Is There Anything Baffling about Islamic State?

Earlier this month, the New York Review of Books published an essay on Islamic State (IS) by an unnamed former “official of a NATO country” who admitted his “bafflement” at its rise to power. Paul Berman argues that confusion is uncalled-for:

What is [Islamic State’s] motive? On this point, . . . there is no mystery. IS has been eager to reveal its own thinking. It slaughters for religious reasons—which is to say, for reasons that are bound to seem incomprehensible to us. It is piety that requires the efficiently organized jihadists to slaughter the poor unoffending Yazidi minority in Iraq; and to slaughter the Shiites, which they have been doing for many years now, one suicide bombing after another; and to slaughter Christians; and would surely require them to slaughter the Jews, if only the Israel Defense Force would do them the kindness of getting out of the way. Given the opportunity, Islamic State would slaughter most of the world, if I understand [its] doctrine correctly. Slavery, too, is piety, in these people’s eyes. They pray before raping.

And they have prospered! Their successes bear out political theory on a few points, but mostly they are a rebuke to political theory. They are the enemy and conqueror of every doctrine that has ever supposed human behavior to be predictable. This is the bafflement. . . . They have scored a triumph over every theory of human progress that has ever been proposed. They are not the first people to score such a victory.

We have needed their reminder, though. In recent decades we have liked to tell ourselves that, after the Nazis, mankind has learned its lesson. But mankind is not a lesson-learning entity. . . . [I]f once upon a time the barbarities of the 7th century thrilled and inspired a substantial portion of mankind, we can be confident that 7th-century barbarities will remain forevermore a viable possibility.

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Read more at Tablet

More about: ISIS, Jihadism, Middle East, Political philosophy, Politics & Current Affairs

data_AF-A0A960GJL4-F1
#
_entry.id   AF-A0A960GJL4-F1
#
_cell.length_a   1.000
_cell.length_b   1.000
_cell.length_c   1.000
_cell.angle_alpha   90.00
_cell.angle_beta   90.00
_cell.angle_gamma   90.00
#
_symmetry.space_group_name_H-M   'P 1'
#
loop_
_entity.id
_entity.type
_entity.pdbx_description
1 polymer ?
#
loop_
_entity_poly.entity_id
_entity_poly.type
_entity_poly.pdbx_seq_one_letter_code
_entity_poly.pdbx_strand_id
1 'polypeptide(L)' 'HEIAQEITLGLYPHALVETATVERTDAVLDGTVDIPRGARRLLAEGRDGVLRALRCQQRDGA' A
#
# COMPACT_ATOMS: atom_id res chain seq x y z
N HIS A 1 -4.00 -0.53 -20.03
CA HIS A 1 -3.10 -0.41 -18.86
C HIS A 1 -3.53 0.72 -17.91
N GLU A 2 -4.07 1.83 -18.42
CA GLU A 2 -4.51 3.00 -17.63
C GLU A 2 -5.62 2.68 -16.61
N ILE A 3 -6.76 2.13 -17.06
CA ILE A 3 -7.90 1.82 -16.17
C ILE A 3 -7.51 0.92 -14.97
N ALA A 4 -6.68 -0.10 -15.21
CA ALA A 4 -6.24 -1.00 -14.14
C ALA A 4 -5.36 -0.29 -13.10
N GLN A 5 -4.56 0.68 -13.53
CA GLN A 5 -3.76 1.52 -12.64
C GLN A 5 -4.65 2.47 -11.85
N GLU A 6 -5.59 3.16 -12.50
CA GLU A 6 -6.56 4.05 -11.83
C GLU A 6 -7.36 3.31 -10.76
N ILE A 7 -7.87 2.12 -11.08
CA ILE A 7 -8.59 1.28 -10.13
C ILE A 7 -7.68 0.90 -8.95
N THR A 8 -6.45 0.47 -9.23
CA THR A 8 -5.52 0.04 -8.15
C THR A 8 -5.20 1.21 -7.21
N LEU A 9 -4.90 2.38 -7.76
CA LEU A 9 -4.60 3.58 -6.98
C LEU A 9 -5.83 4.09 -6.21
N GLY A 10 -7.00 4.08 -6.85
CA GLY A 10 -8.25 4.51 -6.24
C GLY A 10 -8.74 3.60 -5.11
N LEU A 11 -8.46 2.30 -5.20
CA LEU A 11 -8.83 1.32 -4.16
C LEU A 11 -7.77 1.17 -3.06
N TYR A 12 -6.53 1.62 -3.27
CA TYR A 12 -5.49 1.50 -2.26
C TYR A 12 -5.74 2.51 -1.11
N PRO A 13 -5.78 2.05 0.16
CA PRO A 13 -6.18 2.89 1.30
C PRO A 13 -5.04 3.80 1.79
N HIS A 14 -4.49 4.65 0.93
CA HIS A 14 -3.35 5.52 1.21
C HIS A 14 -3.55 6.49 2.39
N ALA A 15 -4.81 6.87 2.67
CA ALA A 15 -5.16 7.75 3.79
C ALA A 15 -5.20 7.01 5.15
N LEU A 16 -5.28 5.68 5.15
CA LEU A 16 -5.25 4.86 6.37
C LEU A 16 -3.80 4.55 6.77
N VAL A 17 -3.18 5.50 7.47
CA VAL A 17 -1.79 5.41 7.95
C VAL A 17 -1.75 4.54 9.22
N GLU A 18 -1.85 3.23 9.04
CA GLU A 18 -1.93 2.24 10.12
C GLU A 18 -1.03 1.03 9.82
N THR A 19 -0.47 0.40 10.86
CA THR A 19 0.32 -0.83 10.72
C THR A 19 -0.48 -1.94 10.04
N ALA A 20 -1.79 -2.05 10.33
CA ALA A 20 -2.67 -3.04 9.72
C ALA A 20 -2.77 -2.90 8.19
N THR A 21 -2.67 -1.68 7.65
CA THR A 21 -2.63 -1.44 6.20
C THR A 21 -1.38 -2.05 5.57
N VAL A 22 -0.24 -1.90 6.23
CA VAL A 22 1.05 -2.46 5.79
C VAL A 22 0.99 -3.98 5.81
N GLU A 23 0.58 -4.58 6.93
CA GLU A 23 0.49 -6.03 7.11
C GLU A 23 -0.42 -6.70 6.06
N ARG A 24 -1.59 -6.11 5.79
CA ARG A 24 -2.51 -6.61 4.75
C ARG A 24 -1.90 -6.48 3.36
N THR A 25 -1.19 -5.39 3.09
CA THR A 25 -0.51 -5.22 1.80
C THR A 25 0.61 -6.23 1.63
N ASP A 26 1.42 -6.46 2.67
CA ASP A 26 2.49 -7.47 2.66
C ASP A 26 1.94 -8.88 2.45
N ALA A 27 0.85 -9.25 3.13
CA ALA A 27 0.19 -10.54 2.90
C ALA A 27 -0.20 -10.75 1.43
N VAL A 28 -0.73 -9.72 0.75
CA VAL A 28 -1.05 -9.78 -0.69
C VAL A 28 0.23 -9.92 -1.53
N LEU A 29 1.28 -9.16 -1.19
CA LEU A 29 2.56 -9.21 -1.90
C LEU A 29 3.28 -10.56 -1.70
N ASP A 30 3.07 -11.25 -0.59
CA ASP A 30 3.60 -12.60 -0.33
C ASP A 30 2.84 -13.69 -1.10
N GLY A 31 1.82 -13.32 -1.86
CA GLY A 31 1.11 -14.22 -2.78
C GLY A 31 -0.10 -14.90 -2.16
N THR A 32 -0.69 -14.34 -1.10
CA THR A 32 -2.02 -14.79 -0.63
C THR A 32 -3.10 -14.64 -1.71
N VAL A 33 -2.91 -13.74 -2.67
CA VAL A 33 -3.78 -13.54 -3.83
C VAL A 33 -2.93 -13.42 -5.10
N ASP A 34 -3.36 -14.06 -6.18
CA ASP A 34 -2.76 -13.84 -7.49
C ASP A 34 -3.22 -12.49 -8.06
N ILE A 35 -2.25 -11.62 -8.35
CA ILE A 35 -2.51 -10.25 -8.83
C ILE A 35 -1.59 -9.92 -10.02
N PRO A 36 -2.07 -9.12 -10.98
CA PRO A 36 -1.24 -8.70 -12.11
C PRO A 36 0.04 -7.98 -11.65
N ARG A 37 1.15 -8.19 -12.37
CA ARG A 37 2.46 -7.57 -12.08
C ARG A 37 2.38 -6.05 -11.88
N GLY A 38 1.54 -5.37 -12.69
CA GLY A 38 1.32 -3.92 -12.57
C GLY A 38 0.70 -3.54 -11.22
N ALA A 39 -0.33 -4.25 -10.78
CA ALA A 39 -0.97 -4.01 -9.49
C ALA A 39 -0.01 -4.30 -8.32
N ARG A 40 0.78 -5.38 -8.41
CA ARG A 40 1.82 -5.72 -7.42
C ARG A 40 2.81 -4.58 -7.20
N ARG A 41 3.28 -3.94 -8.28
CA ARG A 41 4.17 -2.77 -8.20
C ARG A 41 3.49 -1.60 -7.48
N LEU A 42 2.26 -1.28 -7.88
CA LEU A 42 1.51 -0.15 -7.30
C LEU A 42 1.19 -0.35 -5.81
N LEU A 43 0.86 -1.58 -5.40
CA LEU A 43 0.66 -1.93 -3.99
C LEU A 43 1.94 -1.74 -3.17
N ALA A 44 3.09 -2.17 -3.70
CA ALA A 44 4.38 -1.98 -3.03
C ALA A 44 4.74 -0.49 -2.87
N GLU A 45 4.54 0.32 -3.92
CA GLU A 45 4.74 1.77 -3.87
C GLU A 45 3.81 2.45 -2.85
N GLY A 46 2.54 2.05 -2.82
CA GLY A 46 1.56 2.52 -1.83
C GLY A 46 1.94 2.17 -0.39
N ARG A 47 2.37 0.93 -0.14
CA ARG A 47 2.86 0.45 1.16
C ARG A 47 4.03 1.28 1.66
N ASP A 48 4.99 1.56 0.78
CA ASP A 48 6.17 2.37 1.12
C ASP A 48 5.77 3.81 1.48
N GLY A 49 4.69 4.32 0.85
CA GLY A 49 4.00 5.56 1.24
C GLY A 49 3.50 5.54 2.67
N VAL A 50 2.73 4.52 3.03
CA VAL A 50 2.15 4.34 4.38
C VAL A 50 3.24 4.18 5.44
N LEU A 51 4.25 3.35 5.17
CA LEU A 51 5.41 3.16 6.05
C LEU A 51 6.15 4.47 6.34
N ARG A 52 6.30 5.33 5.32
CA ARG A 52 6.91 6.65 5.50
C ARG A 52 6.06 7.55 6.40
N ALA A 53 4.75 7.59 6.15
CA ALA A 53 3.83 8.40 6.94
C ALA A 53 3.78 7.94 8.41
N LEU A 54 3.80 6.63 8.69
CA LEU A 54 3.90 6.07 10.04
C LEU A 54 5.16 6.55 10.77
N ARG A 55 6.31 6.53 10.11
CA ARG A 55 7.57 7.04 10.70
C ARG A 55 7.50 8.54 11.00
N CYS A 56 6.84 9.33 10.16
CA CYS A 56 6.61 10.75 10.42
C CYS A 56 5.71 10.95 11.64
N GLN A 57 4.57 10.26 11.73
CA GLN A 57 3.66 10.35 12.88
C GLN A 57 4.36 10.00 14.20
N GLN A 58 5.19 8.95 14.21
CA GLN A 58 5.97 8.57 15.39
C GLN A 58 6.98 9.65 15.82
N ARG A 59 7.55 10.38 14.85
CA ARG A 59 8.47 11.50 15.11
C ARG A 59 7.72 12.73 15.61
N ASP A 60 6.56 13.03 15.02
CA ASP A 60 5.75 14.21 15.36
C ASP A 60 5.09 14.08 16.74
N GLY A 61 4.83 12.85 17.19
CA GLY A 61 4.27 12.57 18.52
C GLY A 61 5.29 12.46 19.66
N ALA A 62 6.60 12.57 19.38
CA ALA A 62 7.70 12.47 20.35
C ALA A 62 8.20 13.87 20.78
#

The Arab Press Blames Iran Rather Than Israel for Gaza’s Woes

Following the fighting between Israel and Islamic Jihad over the weekend, many journalists and commentators in Bahrain, the United Arab Emirates, and Saudi Arabia didn’t rush to condemn the Jewish state. Instead, as the translators at the Middle East Media Research Institute (MEMRI) note, they criticized the terrorist group for “operating in service of Iranian interests and thus inflicting suffering on the Gaza Strip’s residents.” One Saudi intellectual, Turki al-Hamad, wrote the following on Twitter:

It is apparent that, if at one time any confrontation between Israel and the Palestinian organizations would attract world and Arab attention and provoke a wave of anger [against Israel], today it does not shock most Arabs and most of the world’s [countries]. Furthermore, even a sense of human solidarity [with the Palestinians] has become rare and embarrassing, raising the question, “Why [is this happening] and who is to blame?”

I believe that the main reason is the lack of confidence in all the Palestinian leaders. . . . From the Arabs’ and the world’s perspective, it is already clear that these leaders are manipulating the [Palestinian] cause out of self-interest and diplomatic, economic, or even personal motives, and that the Palestinian issue is completely unconnected to this. The Palestinian cause has become a bargaining chip in the hands of these and other organizations and states headed by the [Iranian] ayatollah regime.

A, article in a major Arabic-language newspaper took a similar approach:

In a lengthy front-page report on August 7, the London-based UAE daily Al-Arab criticized Islamic Jihad, writing that “Gaza again became an arena for the settling of accounts between Iran and Israel, while the Palestinian citizens are the ones paying the price.” It added that Iran does not want to confront Israel directly for its bombings in Syria and its attacks on Iranian scientists and nuclear facilities.

“The war in Gaza is not the first, nor will it be the last. But it proves . . . that Iran is exploiting Gaza as it exploits Lebanon, in order to strengthen its hand in negotiations with the West. We all know that Iran hasn’t fired a single bullet at Israel, and it also will not do this to defend Gaza or Lebanon.”

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Read more at MEMRI

More about: Gaza Strip, Iran, Islamic Jihad, Israel-Arab relations, Persian Gulf